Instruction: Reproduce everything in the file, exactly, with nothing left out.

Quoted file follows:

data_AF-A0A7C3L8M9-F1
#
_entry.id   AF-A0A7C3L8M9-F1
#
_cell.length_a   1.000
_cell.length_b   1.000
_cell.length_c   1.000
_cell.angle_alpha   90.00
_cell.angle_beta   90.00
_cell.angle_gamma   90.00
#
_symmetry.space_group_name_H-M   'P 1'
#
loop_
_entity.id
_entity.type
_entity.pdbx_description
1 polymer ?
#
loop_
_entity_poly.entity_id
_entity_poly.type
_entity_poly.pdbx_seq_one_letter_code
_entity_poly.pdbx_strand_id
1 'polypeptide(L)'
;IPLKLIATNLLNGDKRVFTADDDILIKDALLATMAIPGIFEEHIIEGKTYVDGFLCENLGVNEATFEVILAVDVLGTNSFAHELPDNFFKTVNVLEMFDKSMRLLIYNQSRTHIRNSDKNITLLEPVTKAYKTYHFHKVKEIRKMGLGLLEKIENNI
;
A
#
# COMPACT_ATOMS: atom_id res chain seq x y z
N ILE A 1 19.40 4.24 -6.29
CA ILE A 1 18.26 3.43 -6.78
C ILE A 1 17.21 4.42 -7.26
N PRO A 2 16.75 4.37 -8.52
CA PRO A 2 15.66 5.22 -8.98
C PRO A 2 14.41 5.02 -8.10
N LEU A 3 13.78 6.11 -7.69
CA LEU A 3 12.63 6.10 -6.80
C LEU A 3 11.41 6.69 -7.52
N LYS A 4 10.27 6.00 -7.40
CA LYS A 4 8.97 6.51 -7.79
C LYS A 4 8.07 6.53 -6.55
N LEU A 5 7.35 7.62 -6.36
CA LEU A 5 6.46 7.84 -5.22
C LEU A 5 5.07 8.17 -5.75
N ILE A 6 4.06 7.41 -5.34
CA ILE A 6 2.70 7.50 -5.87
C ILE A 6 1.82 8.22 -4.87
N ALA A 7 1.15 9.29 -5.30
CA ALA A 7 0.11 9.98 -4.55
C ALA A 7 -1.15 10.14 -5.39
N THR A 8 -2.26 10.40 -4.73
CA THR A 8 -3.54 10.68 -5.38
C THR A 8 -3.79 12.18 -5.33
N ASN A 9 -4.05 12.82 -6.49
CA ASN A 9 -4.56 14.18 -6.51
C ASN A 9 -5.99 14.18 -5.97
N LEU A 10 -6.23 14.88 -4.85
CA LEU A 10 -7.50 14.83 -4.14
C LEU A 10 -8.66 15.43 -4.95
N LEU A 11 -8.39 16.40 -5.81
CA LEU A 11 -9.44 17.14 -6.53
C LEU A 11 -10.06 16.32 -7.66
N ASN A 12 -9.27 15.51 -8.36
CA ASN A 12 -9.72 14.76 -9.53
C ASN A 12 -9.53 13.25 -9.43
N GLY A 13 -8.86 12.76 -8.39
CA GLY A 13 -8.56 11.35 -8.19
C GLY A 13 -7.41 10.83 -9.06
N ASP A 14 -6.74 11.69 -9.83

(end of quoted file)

data_AF-A0A7C3L8M9-F1
#
_entry.id   AF-A0A7C3L8M9-F1
#
_cell.length_a   1.000
_cell.length_b   1.000
_cell.length_c   1.000
_cell.angle_alpha   90.00
_cell.angle_beta   90.00
_cell.angle_gamma   90.00
#
_symmetry.space_group_name_H-M   'P 1'
#
loop_
_entity.id
_entity.type
_entity.pdbx_description
1 polymer ?
#
loop_
_entity_poly.entity_id
_entity_poly.type
_entity_poly.pdbx_seq_one_letter_code
_entity_poly.pdbx_strand_id
1 'polypeptide(L)'
;IPLKLIATNLLNGDKRVFTADDDILIKDALLATMAIPGIFEEHIIEGKTYVDGFLCENLGVNEATFEVILAVDVLGTNSFAHELPDNFFKTVNVLEMFDKSMRLLIYNQSRTHIRNSDKNITLLEPVTKAYKTYHFHKVKEIRKMGLGLLEKIENNI
;
A
#
# COMPACT_ATOMS: atom_id res chain seq x y z
N ILE A 1 19.40 4.24 -6.29
CA ILE A 1 18.26 3.43 -6.78
C ILE A 1 17.21 4.42 -7.26
N PRO A 2 16.75 4.37 -8.52
CA PRO A 2 15.66 5.22 -8.98
C PRO A 2 14.41 5.02 -8.10
N LEU A 3 13.78 6.11 -7.69
CA LEU A 3 12.63 6.10 -6.80
C LEU A 3 11.41 6.69 -7.52
N LYS A 4 10.27 6.00 -7.40
CA LYS A 4 8.97 6.51 -7.79
C LYS A 4 8.07 6.53 -6.55
N LEU A 5 7.35 7.62 -6.36
CA LEU A 5 6.46 7.84 -5.22
C LEU A 5 5.07 8.17 -5.75
N ILE A 6 4.06 7.41 -5.34
CA ILE A 6 2.70 7.50 -5.87
C ILE A 6 1.82 8.22 -4.87
N ALA A 7 1.15 9.29 -5.30
CA ALA A 7 0.11 9.98 -4.55
C ALA A 7 -1.15 10.14 -5.39
N THR A 8 -2.26 10.40 -4.73
CA THR A 8 -3.54 10.68 -5.38
C THR A 8 -3.79 12.18 -5.33
N ASN A 9 -4.05 12.82 -6.49
CA ASN A 9 -4.56 14.18 -6.51
C ASN A 9 -5.99 14.18 -5.97
N LEU A 10 -6.23 14.88 -4.85
CA LEU A 10 -7.50 14.83 -4.14
C LEU A 10 -8.66 15.43 -4.95
N LEU A 11 -8.39 16.40 -5.81
CA LEU A 11 -9.44 17.14 -6.53
C LEU A 11 -10.06 16.32 -7.66
N ASN A 12 -9.27 15.51 -8.36
CA ASN A 12 -9.72 14.76 -9.53
C ASN A 12 -9.53 13.25 -9.43
N GLY A 13 -8.86 12.76 -8.39
CA GLY A 13 -8.56 11.35 -8.19
C GLY A 13 -7.41 10.83 -9.06
N ASP A 14 -6.74 11.69 -9.83